# The Right Swing Sequence to Get Out of a Bunker

Updated January 20, 2022

Do you know the real difference between this shot and all the others in golf? We are now standing on brown. All day long we stand on green. Green grass, green fairway, green tee, green green. All of a sudden it is brown, and that tells us right away that this shot is a little bit different. My question to you is how many differences are you making in your setup to accommodate the fact that you are now on sand and not on grass?

## Two Things to Change to Hit Out of a Bunker

I only change two things: where I play the ball; and the motion of my golf swing to reflect the fact that the club is going to hit the sand, not the ball. Let me show you what I mean. As I walk in to play this shot, if I was playing this on grass, the ball would be just forward of center and my clubhead would rest directly behind the ball as you see it now. But my intent here is not to hit the ball as I do on grass; it is to hit the sand.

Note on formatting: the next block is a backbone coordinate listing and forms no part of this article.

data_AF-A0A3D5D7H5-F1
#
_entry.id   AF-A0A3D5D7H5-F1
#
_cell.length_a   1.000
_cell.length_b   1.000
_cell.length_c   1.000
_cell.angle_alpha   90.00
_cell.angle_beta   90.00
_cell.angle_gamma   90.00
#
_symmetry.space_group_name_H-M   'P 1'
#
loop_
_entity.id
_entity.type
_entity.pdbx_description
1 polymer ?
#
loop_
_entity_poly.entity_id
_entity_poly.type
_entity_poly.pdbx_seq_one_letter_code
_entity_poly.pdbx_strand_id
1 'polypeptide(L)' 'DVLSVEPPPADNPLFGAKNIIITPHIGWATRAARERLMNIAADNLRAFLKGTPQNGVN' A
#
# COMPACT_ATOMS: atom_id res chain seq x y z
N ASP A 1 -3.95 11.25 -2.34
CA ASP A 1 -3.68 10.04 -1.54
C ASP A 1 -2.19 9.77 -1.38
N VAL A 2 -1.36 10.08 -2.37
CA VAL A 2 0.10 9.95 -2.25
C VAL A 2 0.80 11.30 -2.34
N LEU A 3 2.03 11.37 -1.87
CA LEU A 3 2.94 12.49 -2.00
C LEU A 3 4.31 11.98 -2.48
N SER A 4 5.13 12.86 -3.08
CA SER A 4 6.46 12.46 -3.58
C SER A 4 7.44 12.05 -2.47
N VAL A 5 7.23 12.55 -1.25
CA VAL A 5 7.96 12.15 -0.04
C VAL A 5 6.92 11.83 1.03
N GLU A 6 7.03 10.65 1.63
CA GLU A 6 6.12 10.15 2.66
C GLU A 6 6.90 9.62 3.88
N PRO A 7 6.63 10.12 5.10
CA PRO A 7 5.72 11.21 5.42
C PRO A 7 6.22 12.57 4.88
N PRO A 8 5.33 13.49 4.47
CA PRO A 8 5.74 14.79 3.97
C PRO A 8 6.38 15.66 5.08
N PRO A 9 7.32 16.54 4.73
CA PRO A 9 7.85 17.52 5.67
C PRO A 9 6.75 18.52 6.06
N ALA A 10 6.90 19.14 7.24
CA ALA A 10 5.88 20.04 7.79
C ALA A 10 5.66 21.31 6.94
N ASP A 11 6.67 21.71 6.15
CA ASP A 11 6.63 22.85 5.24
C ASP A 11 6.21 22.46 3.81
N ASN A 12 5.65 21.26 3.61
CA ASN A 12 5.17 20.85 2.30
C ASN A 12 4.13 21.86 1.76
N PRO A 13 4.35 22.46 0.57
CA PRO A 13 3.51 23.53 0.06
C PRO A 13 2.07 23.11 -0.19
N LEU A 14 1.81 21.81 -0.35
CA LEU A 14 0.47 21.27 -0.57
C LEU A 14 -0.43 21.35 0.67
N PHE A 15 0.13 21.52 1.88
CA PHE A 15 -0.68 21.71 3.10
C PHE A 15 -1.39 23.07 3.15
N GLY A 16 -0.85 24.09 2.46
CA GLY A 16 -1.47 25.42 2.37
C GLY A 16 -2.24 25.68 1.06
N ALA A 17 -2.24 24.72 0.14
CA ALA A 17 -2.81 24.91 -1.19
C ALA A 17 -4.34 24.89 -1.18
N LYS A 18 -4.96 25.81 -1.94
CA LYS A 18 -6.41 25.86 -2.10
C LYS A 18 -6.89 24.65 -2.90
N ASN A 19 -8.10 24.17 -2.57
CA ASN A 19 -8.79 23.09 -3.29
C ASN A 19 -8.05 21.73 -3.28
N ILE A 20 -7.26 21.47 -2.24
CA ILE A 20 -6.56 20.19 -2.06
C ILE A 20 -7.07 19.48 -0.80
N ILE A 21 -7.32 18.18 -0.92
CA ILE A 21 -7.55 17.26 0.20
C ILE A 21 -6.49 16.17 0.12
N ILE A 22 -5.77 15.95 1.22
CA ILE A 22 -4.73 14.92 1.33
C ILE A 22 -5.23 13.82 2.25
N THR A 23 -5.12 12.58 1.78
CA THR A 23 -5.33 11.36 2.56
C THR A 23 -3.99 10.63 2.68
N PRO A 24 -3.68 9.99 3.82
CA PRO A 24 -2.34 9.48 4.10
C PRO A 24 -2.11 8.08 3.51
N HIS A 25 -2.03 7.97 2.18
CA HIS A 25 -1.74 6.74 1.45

## Letting the Golf Club Fall

So I simply pick up my club, move me to my right, thus having the ball towards my left heel. I then let the golf club fall simply towards the ground, not on it; I am not allowed to touch it. Then I make a normal golf swing. A normal finish. And I get a normal result, but you don’t hear the result like you normally do. Normally you hear club, ball, ground results. Here it is club, sand, ball. In essence the sand moves the ball. Regretfully there are other sounds in a bunker. This is the one that many of you are making.

How did that shot make sense? You just heard the club hit the ball, but you also heard the club hit the sand. The problem is that the club hit the sand way back towards my right foot, traveled through it and then as is was on the ascent it ran into the ball. That is what we call the dreaded dropkick-skull, no good, you can not learn from it, you can not play with it and it is a whole lot of work trying to get rid of it. I am going to show you how real quickly.